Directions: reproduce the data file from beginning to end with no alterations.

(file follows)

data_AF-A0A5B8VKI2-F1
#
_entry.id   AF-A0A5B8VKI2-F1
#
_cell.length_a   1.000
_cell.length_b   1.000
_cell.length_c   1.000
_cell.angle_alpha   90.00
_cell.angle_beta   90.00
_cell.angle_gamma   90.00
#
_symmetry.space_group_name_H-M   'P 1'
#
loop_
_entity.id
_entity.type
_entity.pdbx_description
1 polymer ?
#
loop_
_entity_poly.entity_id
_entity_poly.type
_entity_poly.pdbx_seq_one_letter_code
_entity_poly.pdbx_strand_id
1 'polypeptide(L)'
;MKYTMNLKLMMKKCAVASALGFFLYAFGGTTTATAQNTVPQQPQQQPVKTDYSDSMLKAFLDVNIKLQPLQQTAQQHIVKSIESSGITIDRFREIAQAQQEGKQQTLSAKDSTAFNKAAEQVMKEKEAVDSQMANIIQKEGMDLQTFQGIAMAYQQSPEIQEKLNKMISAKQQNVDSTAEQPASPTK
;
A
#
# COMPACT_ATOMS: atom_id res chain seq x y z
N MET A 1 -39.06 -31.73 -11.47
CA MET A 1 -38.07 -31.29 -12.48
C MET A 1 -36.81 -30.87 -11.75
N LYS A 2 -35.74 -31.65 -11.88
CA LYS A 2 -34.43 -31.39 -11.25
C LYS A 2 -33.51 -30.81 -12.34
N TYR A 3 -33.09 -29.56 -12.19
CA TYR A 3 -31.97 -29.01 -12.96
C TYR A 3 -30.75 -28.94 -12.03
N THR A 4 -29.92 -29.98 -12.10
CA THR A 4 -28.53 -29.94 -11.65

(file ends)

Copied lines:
data_AF-A0A5B8VKI2-F1
#
_entry.id   AF-A0A5B8VKI2-F1
#
_cell.length_a   1.000
_cell.length_b   1.000
_cell.length_c   1.000
_cell.angle_alpha   90.00
_cell.angle_beta   90.00
_cell.angle_gamma   90.00
#
_symmetry.space_group_name_H-M   'P 1'
#
loop_
_entity.id
_entity.type
_entity.pdbx_description
1 polymer ?
#
loop_
_entity_poly.entity_id
_entity_poly.type
_entity_poly.pdbx_seq_one_letter_code
_entity_poly.pdbx_strand_id
1 'polypeptide(L)'
;MKYTMNLKLMMKKCAVASALGFFLYAFGGTTTATAQNTVPQQPQQQPVKTDYSDSMLKAFLDVNIKLQPLQQTAQQHIVKSIESSGITIDRFREIAQAQQEGKQQTLSAKDSTAFNKAAEQVMKEKEAVDSQMANIIQKEGMDLQTFQGIAMAYQQSPEIQEKLNKMISAKQQNVDSTAEQPASPTK
;
A
#
# COMPACT_ATOMS: atom_id res chain seq x y z
N MET A 1 -39.06 -31.73 -11.47
CA MET A 1 -38.07 -31.29 -12.48
C MET A 1 -36.81 -30.87 -11.75
N LYS A 2 -35.74 -31.65 -11.88
CA LYS A 2 -34.43 -31.39 -11.25
C LYS A 2 -33.51 -30.81 -12.34
N TYR A 3 -33.09 -29.56 -12.19
CA TYR A 3 -31.97 -29.01 -12.96
C TYR A 3 -30.75 -28.94 -12.03
N THR A 4 -29.92 -29.98 -12.10
CA THR A 4 -28.53 -29.94 -11.65